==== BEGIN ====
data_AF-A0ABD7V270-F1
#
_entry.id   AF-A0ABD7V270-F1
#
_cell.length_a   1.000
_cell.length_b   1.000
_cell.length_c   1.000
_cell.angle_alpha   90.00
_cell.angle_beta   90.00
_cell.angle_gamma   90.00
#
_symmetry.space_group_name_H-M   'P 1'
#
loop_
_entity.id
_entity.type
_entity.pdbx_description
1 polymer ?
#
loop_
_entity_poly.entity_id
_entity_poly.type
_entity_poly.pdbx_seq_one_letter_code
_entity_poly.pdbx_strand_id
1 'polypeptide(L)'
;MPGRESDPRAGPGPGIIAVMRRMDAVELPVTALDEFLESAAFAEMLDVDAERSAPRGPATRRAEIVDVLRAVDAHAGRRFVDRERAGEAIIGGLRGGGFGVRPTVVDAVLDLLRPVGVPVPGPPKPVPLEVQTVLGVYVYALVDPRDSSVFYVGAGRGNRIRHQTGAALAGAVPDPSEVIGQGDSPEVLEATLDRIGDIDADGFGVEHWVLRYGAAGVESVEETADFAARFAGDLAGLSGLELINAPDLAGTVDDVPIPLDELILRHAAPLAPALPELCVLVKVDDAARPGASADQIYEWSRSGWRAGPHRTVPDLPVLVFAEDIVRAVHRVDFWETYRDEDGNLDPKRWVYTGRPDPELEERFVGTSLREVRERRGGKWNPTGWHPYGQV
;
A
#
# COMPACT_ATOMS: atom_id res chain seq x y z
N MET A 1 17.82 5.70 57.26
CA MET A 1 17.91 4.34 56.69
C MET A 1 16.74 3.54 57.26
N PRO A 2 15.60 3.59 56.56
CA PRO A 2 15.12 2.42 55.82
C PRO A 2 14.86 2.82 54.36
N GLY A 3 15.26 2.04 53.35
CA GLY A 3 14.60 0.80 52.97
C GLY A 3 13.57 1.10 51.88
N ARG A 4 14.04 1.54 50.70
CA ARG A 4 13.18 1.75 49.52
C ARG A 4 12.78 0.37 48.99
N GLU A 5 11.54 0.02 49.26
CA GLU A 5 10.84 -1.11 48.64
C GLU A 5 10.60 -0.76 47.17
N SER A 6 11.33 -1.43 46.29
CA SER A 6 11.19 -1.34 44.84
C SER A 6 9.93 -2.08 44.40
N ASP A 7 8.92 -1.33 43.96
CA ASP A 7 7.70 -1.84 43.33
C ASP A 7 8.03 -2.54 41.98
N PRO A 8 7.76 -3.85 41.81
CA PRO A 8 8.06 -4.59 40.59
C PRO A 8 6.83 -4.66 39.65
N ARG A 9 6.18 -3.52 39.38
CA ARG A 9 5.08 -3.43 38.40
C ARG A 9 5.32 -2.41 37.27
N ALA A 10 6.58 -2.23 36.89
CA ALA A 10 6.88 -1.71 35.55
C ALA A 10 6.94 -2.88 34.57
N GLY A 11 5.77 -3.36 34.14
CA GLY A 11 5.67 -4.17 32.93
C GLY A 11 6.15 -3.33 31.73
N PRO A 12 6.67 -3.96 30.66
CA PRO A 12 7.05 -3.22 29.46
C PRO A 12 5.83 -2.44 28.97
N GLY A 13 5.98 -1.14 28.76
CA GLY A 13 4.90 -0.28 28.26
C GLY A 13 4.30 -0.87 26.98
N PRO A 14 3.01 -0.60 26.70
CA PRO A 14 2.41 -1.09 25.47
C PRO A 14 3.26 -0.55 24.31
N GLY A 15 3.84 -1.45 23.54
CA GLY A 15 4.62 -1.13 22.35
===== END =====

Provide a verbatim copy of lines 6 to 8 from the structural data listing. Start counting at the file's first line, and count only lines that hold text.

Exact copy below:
_cell.length_b   1.000
_cell.length_c   1.000
_cell.angle_alpha   90.00